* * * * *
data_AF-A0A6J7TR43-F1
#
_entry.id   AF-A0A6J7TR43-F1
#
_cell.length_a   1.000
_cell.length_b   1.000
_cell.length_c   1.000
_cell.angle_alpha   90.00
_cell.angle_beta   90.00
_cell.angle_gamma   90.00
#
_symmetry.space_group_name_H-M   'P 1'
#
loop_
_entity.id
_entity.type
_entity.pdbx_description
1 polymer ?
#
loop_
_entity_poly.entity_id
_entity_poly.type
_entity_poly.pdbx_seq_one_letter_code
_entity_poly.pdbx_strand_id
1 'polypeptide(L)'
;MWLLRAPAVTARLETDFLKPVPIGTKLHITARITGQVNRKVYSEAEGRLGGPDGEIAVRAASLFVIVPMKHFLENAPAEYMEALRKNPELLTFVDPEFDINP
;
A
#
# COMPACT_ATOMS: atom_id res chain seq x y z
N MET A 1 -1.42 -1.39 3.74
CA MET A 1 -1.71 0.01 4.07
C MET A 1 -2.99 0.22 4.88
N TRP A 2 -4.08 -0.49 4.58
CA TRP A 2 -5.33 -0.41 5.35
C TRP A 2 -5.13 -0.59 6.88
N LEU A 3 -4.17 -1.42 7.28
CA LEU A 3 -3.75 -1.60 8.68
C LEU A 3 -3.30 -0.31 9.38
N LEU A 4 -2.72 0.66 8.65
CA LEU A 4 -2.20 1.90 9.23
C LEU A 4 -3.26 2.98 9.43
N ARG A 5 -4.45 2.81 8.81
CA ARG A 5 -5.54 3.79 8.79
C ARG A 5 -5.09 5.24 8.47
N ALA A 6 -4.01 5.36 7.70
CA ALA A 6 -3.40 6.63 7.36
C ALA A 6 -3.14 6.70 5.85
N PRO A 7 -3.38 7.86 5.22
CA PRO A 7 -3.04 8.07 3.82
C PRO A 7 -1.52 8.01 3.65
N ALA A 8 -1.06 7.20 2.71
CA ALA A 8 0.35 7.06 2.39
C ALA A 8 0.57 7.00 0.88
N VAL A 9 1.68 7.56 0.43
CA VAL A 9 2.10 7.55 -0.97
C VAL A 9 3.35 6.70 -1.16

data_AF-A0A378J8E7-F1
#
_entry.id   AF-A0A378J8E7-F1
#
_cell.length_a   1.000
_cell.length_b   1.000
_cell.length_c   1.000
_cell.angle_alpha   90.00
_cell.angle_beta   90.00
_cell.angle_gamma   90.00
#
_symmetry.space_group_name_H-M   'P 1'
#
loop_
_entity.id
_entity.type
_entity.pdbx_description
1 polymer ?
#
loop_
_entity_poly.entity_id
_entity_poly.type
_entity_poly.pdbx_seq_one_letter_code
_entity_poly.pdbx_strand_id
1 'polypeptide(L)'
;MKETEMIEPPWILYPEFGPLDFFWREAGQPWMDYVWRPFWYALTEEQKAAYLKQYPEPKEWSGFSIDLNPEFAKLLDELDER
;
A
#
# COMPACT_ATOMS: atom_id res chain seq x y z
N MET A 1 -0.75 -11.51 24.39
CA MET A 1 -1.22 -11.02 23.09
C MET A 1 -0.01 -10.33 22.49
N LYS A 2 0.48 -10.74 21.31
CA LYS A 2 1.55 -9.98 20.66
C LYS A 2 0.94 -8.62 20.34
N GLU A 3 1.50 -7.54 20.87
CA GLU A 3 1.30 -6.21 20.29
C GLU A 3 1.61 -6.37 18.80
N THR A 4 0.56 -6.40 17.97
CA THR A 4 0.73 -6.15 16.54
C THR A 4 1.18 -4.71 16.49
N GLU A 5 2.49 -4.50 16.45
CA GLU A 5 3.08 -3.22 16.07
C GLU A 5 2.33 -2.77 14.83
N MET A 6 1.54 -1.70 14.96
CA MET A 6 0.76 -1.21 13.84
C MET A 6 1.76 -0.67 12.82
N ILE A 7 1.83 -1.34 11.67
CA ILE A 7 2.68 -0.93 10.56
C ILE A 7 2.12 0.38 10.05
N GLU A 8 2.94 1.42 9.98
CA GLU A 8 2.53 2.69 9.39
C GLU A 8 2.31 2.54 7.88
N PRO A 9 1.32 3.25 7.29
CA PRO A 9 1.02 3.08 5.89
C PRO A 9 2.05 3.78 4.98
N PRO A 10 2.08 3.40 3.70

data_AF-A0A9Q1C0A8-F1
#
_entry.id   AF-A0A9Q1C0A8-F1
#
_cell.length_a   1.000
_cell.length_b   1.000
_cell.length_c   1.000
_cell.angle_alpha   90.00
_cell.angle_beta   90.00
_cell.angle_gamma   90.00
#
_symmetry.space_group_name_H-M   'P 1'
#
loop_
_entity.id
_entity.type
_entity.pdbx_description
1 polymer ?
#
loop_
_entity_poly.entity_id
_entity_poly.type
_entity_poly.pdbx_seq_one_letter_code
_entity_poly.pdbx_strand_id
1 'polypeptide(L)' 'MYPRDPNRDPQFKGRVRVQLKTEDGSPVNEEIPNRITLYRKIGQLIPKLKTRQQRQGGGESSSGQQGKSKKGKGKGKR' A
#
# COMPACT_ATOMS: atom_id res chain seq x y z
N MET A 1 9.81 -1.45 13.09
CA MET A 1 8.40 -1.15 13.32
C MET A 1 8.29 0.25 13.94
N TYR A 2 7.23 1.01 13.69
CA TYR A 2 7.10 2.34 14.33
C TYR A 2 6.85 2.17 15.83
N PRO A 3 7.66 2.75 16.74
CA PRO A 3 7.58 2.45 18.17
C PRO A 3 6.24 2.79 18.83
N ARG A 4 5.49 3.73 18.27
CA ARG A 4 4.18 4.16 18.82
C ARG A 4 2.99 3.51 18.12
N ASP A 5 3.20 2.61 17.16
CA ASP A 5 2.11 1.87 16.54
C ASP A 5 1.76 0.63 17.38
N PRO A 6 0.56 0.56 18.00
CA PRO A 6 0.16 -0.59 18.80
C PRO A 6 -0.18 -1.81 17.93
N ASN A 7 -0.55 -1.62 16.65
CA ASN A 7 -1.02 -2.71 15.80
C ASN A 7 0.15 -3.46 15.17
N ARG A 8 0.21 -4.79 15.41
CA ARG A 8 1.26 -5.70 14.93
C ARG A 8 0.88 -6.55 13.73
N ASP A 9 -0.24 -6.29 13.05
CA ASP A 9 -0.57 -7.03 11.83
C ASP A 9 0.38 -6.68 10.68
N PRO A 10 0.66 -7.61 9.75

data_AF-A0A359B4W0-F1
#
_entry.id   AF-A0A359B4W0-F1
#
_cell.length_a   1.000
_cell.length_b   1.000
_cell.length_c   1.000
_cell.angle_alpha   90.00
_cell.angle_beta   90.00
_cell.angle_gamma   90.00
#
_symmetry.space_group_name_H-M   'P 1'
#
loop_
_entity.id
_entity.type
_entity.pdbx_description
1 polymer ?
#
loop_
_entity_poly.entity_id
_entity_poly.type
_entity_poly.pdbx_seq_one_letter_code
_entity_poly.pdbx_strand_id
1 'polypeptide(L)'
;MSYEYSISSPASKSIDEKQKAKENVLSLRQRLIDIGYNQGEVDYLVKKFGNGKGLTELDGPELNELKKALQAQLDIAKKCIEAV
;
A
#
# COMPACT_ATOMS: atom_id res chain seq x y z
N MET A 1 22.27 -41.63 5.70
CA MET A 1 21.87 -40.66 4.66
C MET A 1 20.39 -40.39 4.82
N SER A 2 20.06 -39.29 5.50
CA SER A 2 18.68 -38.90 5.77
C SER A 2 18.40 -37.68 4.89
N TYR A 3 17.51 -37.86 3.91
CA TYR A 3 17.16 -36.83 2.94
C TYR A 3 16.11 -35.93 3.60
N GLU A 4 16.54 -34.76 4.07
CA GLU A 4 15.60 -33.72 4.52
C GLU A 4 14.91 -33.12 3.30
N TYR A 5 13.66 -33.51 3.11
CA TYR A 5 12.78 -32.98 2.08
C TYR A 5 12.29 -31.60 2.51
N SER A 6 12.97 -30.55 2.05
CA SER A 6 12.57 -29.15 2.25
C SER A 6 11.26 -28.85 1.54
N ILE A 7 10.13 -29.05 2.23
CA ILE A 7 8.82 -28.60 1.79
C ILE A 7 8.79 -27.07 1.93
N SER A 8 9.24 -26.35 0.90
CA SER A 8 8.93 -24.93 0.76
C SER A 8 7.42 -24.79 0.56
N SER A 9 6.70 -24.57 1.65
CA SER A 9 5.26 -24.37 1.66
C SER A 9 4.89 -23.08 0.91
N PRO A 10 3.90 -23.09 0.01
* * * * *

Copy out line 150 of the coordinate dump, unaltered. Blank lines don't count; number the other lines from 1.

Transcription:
CA PRO A 3 7.58 2.45 18.17